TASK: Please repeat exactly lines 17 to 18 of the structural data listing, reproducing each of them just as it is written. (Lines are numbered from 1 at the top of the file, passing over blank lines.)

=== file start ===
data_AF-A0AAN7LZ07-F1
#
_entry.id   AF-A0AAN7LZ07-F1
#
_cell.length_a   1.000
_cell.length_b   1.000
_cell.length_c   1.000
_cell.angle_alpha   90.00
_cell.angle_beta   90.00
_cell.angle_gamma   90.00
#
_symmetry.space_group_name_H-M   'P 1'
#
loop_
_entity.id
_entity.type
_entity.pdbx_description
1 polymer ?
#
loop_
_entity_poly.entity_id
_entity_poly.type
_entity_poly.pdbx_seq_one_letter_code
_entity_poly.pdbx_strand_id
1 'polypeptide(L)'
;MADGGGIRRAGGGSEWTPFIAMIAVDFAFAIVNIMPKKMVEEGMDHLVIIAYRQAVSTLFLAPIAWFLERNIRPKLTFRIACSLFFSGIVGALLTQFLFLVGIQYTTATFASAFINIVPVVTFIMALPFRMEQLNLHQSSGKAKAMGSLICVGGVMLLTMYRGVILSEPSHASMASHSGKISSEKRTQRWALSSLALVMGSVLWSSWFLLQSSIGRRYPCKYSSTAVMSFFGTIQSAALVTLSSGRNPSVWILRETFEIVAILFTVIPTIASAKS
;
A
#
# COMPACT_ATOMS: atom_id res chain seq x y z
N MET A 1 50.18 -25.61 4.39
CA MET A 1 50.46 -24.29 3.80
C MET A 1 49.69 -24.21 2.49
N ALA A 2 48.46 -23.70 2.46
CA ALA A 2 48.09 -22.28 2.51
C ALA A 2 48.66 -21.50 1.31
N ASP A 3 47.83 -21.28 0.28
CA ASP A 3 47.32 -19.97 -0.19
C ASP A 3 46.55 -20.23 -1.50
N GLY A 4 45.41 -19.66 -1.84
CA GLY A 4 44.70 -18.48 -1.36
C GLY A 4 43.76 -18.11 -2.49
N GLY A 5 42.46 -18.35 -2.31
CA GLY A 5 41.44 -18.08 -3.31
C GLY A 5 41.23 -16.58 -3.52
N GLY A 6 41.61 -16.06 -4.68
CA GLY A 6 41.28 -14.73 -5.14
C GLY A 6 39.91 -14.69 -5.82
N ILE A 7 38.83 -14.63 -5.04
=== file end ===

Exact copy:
_entity.pdbx_description
1 polymer ?